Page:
Was the XFL a ratings success? Well…it’s complicated

A complicated analysis of the XFL's 2023 television viewership numbers.
A complicated analysis of the XFL’s 2023 television viewership numbers.

I hate writing about television viewership.

In an ideal world, ratings wouldn’t matter: A product would be judged on its quality rather than the number of eyeballs it attracts. Alas, that’s not the world in which we inhabit.

Plus, I get enough of this type of content in my other job, covering professional wrestling for the Pro Wrestling Torch. Much of the weekly discourse is about the ratings WWE Raw, or WWE Smackdown, or AEW Dynamite drew, how much they were up or down week-to-week or year-over-year, what that means for booking decisions, etc., etc. Everything we see on television is analyzed through the lens of what will draw the best ratings.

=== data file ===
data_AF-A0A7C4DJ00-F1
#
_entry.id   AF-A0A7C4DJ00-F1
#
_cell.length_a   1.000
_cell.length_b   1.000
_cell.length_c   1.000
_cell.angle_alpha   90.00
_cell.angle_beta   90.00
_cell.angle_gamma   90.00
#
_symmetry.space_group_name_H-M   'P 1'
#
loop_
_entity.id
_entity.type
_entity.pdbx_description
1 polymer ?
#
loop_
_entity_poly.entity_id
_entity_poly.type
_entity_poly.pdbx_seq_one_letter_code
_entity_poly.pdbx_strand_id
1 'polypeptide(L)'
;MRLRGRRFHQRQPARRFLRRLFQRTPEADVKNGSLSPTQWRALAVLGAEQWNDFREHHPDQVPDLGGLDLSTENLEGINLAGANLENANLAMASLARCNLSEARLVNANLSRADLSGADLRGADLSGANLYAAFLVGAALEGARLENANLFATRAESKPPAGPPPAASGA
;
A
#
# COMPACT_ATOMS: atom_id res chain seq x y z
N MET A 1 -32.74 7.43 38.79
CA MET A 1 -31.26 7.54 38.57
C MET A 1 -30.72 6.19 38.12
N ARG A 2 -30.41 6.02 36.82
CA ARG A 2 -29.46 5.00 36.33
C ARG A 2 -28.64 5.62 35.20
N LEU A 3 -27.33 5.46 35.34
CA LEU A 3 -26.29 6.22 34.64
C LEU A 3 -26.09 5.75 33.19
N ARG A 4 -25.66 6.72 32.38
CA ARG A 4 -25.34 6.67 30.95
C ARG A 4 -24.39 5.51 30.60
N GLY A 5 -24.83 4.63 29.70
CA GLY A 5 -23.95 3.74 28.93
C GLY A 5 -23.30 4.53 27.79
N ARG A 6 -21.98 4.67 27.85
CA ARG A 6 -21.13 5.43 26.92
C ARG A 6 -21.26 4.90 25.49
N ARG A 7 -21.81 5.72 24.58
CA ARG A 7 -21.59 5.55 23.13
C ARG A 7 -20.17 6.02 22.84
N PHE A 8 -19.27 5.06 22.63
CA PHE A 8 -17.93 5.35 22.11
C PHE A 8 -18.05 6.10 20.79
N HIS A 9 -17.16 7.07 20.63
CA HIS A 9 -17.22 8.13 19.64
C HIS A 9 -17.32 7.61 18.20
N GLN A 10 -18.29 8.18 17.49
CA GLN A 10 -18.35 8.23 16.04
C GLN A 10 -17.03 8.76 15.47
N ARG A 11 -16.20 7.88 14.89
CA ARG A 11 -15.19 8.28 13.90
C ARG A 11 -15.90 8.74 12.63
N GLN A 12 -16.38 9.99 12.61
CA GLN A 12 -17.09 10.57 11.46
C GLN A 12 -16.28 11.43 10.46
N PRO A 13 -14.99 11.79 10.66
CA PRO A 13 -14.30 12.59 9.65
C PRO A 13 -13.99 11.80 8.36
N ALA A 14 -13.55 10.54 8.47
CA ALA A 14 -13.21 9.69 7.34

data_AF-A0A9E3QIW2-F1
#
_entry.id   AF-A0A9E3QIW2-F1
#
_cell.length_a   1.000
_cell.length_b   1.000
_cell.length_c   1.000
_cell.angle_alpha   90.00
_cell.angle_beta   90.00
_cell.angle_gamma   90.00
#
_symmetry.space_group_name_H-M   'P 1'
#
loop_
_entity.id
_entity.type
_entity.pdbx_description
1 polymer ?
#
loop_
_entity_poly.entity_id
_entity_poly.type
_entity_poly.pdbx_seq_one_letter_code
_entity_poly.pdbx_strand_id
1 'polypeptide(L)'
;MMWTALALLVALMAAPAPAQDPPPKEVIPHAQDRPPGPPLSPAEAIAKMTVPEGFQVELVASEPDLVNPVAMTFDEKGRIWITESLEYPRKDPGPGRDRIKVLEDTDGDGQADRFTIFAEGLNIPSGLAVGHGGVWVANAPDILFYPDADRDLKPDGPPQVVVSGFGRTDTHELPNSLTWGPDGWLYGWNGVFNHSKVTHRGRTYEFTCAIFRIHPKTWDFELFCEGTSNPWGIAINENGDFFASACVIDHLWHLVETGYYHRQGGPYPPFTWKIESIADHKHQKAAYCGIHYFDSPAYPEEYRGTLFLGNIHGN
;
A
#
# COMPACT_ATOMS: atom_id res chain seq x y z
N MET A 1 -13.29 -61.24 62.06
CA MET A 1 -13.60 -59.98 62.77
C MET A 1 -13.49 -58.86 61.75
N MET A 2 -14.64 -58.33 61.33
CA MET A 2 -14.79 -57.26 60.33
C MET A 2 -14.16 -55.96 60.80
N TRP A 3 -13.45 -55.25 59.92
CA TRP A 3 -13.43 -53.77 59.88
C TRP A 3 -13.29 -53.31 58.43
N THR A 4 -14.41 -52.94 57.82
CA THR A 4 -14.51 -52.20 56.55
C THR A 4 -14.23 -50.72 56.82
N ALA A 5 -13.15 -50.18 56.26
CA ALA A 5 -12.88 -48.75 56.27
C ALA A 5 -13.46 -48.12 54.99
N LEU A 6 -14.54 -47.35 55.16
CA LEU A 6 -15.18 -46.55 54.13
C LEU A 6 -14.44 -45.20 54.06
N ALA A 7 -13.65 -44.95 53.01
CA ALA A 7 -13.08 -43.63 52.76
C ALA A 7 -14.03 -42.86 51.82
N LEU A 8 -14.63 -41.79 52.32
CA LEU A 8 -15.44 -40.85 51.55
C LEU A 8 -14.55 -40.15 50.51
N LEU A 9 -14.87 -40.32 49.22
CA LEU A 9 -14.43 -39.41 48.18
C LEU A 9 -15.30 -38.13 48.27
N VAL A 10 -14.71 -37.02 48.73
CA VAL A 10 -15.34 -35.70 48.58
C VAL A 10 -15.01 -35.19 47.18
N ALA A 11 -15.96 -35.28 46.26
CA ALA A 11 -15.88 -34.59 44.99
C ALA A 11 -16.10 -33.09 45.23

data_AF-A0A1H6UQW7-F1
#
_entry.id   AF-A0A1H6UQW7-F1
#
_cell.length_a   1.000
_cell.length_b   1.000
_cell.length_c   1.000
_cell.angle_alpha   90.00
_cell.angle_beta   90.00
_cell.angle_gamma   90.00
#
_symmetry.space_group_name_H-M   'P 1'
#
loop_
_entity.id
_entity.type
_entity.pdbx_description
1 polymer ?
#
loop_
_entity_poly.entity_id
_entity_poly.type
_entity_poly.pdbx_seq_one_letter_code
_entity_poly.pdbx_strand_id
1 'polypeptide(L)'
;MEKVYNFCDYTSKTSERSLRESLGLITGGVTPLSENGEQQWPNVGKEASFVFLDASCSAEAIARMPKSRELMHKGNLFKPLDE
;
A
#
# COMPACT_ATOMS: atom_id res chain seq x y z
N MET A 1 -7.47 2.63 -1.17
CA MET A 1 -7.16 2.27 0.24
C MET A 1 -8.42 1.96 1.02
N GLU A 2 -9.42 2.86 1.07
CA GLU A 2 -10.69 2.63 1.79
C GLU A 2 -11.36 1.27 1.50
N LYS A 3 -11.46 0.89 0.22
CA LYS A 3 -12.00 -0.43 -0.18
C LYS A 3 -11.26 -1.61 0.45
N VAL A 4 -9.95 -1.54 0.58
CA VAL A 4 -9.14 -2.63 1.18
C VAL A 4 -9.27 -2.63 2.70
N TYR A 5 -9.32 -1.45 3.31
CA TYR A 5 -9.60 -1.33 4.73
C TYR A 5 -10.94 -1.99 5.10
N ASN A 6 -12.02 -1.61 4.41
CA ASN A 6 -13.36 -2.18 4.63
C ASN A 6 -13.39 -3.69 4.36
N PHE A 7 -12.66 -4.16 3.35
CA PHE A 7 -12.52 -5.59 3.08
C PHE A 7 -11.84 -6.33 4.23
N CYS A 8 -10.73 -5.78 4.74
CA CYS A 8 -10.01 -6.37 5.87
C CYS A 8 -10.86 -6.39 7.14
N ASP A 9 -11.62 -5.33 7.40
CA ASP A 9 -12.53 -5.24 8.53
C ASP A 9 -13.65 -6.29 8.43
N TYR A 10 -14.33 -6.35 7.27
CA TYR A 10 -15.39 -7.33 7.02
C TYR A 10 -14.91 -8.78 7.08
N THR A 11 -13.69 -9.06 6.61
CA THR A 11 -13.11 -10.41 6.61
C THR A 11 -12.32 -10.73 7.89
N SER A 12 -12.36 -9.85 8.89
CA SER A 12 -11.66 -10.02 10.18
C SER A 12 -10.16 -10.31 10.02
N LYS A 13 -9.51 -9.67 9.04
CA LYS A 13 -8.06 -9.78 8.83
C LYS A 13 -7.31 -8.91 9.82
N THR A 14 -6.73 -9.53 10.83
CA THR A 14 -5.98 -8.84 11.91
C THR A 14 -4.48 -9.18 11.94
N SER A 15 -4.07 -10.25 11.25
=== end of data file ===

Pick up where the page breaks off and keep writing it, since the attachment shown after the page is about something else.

Look, I understand that these numbers are important: Viewership determines, in part, the ad rates the network can charge for commercials, as well as the carriage fees they can squeeze out of cable companies. Ratings also dictate how much, if at all, a network is willing to spend on the rights to air the product. For most pro sports leagues – and in pro wrestling – this is where they make the bulk of their money. For a league like the XFL, it could play a major role in whether or not it survies over the long term.

The problem with analyzing the numbers the XFL drew in 2023, or any ratings number for that matter, is that in many ways, what you see is in the eye of the beholder. There are so many variables and so much context that needs to be added to each viewership number that anyone can look at any piece of data in this sphere and deem it “good” or “bad” using their own reasoning – and they wouldn’t necessarily be wrong. In other words…it’s complicated.